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Top of PageNavigation aidMS

Munster Simms & Company was a Belfast based independent operating mainly in Northern Ireland, but also in the Republic. It was possibly best known for its Staminol lubricants, although its premium grade petrol with Veloxine was also popular with Irish motorists. In the 1960s it was bought by National Benzole, the semi-autonomous subsidiary of Shell-Mex & BP, and operated independently for a few more years. With National's absorption into BP, the MS stations were gradually rebranded, too, and by the mid 1980s had finally disappeared.

ca1958 MS map of Ireland

1962 MS map of Ireland

The first three maps shown here were produced by Geographia Ltd, probably in the late 1950s, and cover Northern Ireland at approx 1:300,000 with a small scale map of the entire island. City plans are included for Belfast, Londonderry, Dublin and Cork, a feature not normally found on oil company maps of Ireland. The top left map is undated and the top right one comes from 1962.

Although superficially the same as the Northern Ireland map, MS also produced an all-Ireland version of its 1950s map for use by Munster Simms & Co (Dublin) Ltd. Although the cover does not mention it, the map still contains Northern Ireland at a larger scale, although the placing of the city plans is reversed to place the Southern cities above those in the North.
By 1968 MS was using a single design (right) with its later simplified logo. The map is described as being specially prepared for Shell-Mex and BP Ltd by George Philip & Sons Ltd and internally is identical to maps from its larger sister brands.

1968 map courtesy of Richard Horwitz

ca1958 MS map of Ireland

1968 MS map of Ireland

Top of PageNavigation aidCAMPUS

Campus Oil was established in Wexford in 1978, and rapidly grew to become one of Ireland's leading independent brands, although it remains strongest in the South-East of the country.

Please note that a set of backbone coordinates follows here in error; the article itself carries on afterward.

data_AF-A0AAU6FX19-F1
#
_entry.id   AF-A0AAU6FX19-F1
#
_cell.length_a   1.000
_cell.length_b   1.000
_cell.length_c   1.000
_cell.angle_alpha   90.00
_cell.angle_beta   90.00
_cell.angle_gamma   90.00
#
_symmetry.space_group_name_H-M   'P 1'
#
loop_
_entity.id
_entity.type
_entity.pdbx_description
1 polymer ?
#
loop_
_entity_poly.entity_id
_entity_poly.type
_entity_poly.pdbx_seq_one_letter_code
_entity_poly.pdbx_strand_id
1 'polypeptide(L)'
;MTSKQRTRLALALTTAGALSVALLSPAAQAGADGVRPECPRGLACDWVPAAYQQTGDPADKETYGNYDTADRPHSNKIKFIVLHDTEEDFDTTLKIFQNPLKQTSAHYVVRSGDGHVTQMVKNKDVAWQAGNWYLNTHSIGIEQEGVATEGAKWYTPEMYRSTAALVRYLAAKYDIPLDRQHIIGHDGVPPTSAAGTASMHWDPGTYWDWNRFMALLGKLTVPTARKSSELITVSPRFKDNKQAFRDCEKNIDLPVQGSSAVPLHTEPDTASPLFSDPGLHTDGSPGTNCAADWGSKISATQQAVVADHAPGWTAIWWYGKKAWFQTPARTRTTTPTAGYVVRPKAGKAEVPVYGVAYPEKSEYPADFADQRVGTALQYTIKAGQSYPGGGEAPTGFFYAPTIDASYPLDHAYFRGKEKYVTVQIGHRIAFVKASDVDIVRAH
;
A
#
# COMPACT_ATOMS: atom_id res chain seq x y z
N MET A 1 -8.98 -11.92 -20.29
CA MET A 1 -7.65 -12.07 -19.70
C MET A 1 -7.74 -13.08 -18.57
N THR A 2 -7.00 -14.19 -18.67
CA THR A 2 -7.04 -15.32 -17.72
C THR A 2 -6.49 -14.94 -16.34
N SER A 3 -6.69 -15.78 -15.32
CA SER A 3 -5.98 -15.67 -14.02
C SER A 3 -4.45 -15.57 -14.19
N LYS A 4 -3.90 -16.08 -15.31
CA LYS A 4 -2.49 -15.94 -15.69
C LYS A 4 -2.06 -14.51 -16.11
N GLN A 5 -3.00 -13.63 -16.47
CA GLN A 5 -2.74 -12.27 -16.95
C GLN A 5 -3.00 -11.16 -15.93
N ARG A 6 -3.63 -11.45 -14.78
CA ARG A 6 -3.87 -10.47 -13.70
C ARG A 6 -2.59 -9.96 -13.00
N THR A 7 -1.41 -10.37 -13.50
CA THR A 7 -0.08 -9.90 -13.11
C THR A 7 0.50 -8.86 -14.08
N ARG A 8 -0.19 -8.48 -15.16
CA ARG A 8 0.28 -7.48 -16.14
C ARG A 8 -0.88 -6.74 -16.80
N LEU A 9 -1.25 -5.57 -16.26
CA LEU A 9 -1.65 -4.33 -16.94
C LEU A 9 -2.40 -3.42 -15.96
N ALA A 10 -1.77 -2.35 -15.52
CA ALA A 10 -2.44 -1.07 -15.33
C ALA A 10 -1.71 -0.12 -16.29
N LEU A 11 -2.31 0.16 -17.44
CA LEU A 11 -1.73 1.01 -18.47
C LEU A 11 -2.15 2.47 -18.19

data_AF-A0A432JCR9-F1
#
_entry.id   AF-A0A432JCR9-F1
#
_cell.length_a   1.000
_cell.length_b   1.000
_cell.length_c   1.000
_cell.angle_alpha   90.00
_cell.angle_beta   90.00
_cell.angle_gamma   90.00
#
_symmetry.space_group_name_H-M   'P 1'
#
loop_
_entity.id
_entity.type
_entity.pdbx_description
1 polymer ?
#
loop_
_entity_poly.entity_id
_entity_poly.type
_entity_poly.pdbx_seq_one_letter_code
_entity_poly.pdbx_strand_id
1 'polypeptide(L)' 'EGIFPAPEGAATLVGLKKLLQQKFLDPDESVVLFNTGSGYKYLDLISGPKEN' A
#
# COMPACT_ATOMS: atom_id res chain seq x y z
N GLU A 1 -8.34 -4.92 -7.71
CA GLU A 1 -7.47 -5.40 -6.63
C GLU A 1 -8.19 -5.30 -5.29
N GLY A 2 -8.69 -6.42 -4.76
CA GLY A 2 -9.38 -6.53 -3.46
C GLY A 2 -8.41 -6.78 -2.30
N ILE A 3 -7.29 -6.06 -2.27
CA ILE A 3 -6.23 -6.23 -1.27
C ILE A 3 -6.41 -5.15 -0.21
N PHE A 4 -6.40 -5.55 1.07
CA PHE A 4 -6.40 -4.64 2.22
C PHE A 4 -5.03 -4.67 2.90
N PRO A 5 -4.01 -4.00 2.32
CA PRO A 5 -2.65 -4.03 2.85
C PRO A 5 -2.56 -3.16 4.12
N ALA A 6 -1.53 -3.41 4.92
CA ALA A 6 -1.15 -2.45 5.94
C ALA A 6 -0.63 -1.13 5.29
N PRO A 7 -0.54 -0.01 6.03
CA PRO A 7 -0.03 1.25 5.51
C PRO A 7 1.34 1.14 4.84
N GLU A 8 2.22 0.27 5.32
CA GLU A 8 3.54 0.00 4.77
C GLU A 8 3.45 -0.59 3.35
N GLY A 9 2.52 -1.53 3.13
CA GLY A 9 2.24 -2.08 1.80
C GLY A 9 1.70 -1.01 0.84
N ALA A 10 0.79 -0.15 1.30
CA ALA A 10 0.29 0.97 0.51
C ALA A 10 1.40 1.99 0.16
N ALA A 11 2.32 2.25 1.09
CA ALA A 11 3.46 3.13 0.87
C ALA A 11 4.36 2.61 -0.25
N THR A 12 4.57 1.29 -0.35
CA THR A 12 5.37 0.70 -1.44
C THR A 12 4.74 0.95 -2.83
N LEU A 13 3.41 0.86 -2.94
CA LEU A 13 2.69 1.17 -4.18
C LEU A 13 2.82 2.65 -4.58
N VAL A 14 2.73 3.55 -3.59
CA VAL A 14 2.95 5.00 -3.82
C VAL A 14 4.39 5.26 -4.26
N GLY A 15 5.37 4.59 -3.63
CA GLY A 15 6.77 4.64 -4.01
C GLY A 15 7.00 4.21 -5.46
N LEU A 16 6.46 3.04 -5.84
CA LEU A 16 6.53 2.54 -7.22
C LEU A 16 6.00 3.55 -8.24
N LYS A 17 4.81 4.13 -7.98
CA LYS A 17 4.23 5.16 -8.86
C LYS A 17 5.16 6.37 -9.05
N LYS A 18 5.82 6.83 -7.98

2002 Campus Oil map of Ireland

The earliest known map from Campus Oil dates from 2002, and was prepared for them by the (British) Automobile Association at the unusually specific scale of 1:689,655 (which fits neither metric nor Imperial measurements). Using a format similar to the QuickMap system (and also used on an Esso map of Ireland), the country is divided into four horizontal bands. Two bands are included on each side the map, which unfolds into a strip 1350mm wide but just 240mm high, and is printed on water-resistant gloss paper. This format also allows for town plans of Dublin and Cork to be included, as well as a double advertising panel about the company. The whole map fits into a clear plastic envelope and was sold for €6.80.

ca2004 Campus map of Ireland

Campus's next map shows their updated image, and consists of card covers pasted onto a stock Ordnance Survey map of Ireland at the equally unlikely sounding scale of "7.1 miles (approx. 11.5km) to the inch". In fact, this turns out to be the metric scale of 1:450,000 expressed in Imperial units. The map itself is something of an enigma as it shows very few of the new motorways as being open - in fact less than on the 2002 Campus map (and the same as on Maxol's 2000 map). This rather outdated map was on sale in a rural Campus station for €3.99 as late as April 2012.
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Text and layout © Ian Byrne, 1999-2016

All original copyrights in logos and map extracts and images are acknowledged and images are included on this site for identification purposes only.